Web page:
Dream Realized: Peace Corps Community at the Smithsonian Folklife Festival
By Erica Burman on Saturday, July 2nd, 2011
“Wouldn’t it be cool for Peace Corps to be part of the Smithsonian Folklife Festival on the National Mall in 2012, to mark the 50th anniversary?”
Eight years ago, sitting together at a staff retreat, brainstorming, we at the National Peace Corps Association (NPCA) said just that. We were dreaming big. We believed that Peace Corps’ 50th
anniversary would be a milestone event warranting national attention. And through the years we took it as our job to steadily nudge relevant institutions to think about the 50th, and urge our community to reflect on how to mark this important occasion.
Which is why is was an especially sweet moment for NPCA staff to attend the Thursday opening ceremony of the 2011 Smithsonian Folklife Festival and to see, for the first time, those dreams and plans made physical.
Between the dream and the reality was a great deal of work. In preparation for the National Peace Corps Association’s governing meetings in June 2007, NPCA President Kevin Quigley crafted a discussion paper on planning for the 50th anniversary of Peace Corps. The guiding principles that we laid out and advocated for going forward were:
Ownership. Peace Corps belongs to the world… not to the federal agency, not to the National Peace Corps Association and its network of groups, former staff or returned Volunteers. Rather, it belongs to anyone who understands the power of individuals to contribute to a better world.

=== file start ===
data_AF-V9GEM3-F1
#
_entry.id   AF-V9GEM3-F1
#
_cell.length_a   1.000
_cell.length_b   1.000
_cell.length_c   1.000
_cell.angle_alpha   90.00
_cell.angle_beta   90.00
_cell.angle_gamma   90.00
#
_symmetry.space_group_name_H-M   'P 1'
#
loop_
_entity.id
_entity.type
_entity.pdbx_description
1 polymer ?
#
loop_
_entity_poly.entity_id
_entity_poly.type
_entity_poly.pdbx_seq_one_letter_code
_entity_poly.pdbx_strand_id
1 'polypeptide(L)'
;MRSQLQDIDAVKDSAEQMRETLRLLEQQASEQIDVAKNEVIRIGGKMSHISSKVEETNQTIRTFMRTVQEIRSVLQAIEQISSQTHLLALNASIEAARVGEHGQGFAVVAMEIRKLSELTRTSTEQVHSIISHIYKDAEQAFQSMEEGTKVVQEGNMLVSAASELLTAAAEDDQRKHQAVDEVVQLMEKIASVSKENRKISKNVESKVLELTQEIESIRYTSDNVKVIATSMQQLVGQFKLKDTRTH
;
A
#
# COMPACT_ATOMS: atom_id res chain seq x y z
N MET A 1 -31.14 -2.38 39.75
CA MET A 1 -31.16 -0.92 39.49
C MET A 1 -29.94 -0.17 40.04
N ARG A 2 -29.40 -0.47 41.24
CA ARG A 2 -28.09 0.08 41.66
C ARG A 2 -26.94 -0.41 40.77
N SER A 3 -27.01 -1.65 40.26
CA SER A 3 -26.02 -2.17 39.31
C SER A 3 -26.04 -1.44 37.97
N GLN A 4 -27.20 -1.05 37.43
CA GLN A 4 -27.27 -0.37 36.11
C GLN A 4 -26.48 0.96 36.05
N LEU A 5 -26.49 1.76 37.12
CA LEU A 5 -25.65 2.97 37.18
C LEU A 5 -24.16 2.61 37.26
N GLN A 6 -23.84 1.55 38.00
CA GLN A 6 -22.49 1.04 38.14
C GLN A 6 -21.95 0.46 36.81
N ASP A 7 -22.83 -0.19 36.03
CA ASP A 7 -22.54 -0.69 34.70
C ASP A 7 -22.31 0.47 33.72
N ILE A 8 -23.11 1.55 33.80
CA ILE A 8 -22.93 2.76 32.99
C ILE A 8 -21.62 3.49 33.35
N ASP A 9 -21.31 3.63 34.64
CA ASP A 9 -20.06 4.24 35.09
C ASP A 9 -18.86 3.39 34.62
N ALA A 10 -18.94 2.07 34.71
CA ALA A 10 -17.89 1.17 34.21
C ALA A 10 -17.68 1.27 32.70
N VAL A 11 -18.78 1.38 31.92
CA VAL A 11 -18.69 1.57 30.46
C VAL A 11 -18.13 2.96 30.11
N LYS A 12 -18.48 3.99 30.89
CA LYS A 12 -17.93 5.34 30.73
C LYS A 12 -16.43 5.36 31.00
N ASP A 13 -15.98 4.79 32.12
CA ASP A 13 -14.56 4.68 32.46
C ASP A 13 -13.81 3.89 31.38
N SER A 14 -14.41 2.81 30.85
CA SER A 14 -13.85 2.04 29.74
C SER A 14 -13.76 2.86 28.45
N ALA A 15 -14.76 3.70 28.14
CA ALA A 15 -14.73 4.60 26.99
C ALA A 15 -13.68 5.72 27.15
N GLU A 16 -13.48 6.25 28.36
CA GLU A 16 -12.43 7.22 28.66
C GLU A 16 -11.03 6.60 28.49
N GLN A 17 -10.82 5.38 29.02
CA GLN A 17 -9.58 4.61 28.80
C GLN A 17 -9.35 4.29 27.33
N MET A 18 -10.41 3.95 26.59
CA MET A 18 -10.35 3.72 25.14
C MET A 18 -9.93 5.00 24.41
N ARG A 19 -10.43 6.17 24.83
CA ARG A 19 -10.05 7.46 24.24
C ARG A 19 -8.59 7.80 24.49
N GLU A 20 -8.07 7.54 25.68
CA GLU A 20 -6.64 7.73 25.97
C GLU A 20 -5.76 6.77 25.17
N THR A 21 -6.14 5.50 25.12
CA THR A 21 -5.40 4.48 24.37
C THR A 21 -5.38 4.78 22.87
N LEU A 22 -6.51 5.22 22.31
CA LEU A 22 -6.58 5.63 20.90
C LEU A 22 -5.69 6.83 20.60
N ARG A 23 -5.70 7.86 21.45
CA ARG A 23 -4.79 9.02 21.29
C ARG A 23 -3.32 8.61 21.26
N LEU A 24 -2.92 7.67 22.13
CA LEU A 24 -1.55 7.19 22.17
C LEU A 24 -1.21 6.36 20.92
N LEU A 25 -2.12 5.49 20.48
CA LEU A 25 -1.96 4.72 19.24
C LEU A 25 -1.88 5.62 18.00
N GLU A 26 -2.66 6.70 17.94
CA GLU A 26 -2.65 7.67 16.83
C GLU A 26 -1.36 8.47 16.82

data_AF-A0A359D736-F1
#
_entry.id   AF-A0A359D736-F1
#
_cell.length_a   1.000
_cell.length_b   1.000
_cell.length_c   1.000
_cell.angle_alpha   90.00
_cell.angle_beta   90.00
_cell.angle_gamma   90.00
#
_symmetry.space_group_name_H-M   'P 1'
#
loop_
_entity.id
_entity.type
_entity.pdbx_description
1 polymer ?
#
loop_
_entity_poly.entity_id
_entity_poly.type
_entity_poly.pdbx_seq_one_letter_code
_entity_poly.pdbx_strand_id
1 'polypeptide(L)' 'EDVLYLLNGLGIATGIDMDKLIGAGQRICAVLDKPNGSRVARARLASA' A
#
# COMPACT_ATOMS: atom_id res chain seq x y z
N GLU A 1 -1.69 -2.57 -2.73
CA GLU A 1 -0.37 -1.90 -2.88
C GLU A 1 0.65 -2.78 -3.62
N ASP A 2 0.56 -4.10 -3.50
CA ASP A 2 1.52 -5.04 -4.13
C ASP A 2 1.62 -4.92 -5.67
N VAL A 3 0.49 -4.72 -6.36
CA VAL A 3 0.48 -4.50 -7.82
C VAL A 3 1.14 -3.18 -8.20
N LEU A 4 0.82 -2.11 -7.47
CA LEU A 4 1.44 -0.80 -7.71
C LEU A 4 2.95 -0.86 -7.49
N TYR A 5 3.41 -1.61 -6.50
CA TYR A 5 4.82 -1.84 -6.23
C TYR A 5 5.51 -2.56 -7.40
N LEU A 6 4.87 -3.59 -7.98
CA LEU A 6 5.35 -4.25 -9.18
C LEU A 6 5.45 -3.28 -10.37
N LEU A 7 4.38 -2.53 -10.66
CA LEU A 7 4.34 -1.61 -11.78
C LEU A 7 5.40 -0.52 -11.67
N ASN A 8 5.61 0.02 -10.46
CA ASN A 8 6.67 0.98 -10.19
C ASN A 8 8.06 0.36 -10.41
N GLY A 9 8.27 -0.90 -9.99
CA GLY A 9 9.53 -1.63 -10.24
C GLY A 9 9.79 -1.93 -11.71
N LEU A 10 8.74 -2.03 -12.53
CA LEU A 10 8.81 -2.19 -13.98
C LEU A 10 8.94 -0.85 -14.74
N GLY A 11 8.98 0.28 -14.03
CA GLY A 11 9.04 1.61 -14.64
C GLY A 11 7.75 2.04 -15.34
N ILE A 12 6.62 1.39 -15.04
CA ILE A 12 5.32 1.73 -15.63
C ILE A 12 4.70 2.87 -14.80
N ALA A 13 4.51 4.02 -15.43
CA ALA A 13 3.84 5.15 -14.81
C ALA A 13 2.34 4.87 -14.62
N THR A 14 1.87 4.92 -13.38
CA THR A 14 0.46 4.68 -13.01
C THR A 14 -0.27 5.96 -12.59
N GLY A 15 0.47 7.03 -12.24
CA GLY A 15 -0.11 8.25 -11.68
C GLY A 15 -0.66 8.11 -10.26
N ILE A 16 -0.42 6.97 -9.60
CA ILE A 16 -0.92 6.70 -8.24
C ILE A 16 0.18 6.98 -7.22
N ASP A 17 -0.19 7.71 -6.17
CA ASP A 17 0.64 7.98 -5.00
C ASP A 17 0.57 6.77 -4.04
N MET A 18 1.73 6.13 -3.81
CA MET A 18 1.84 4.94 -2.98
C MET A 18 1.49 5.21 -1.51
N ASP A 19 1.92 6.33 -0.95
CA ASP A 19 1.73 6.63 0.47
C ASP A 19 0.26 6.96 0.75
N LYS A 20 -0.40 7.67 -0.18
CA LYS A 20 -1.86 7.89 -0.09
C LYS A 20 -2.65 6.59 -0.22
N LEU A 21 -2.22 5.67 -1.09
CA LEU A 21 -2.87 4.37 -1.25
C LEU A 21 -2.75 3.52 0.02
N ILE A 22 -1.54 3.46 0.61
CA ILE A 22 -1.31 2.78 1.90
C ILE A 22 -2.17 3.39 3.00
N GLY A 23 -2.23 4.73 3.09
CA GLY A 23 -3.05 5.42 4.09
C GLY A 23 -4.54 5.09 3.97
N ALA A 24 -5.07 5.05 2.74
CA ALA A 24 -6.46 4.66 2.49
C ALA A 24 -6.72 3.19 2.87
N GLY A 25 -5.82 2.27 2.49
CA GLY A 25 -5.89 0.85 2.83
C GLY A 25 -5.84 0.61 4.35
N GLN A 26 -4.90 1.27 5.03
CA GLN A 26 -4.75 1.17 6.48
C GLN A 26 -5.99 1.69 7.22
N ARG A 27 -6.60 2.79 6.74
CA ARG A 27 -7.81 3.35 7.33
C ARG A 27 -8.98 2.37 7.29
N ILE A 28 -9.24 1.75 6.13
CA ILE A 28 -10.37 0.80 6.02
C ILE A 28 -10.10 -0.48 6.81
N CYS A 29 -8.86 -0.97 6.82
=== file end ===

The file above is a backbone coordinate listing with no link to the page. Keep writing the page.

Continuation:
- Participation. These events will be designed so that people everywhere where Peace Corps is valued can join the celebrations.
- Purpose. These events must be more than looking back. They need to advance the essential work of Peace Corps, promoting human development, peace and prosperity.
- Aspiration. These events will help realize the Peace Corps community’s long-held dream of having a national focal point to share our stories, meet and remember.
NPCA discussions with Peace Corps headquarters leadership resulted in the designation of a committee within Peace Corps to initiate planning for the 50th. The committee met with increasing frequency and on July 3, 2008, NPCA and Peace Corps staff members joined Smithsonian Folklife Festival staff to do a walk-through of that year’s festival, to envision what a Peace Corps exhibition might look like. In 2010, with the Peace Corps exhibition greenlighted, and
the anniversary date drawing near, NPCA took part in several joint brainstorming and planning sessions with Smithsonian curatorial staff.
And now it’s real. And it’s rather wonderful. For the next two weeks serving Peace Corps Volunteers and Returned Peace Corps Volunteers (RPCVs), and host country counterparts are sharing their projects, talents and stories on the National Mall, the nation’s “front lawn,” with over 1 million visitors. Of special interest to NPCA, there is a RPCVillage with dedicated message boards for every Peace Corps country. An adjacent RPCV tent, the Full Circle, provides a space for informal, spontaneous country of service reunions.
There’s a nearby tent for people to record oral histories. And finally there is an adjacent “wishing tree,” a place where people can leave words of peace or remembrances of Peace Corps Volunteers who are no longer with us.
NPCA staff members will be down on the Mall throughout the Festival. Look for us in our white NPCA t-shirts and say hello!
Come back to our website. We’ll be posting stories to and photos to this blog throughout the Festival. Click here to see photos from the opening day of the Peace Corps exhibit at the Folklife Festival.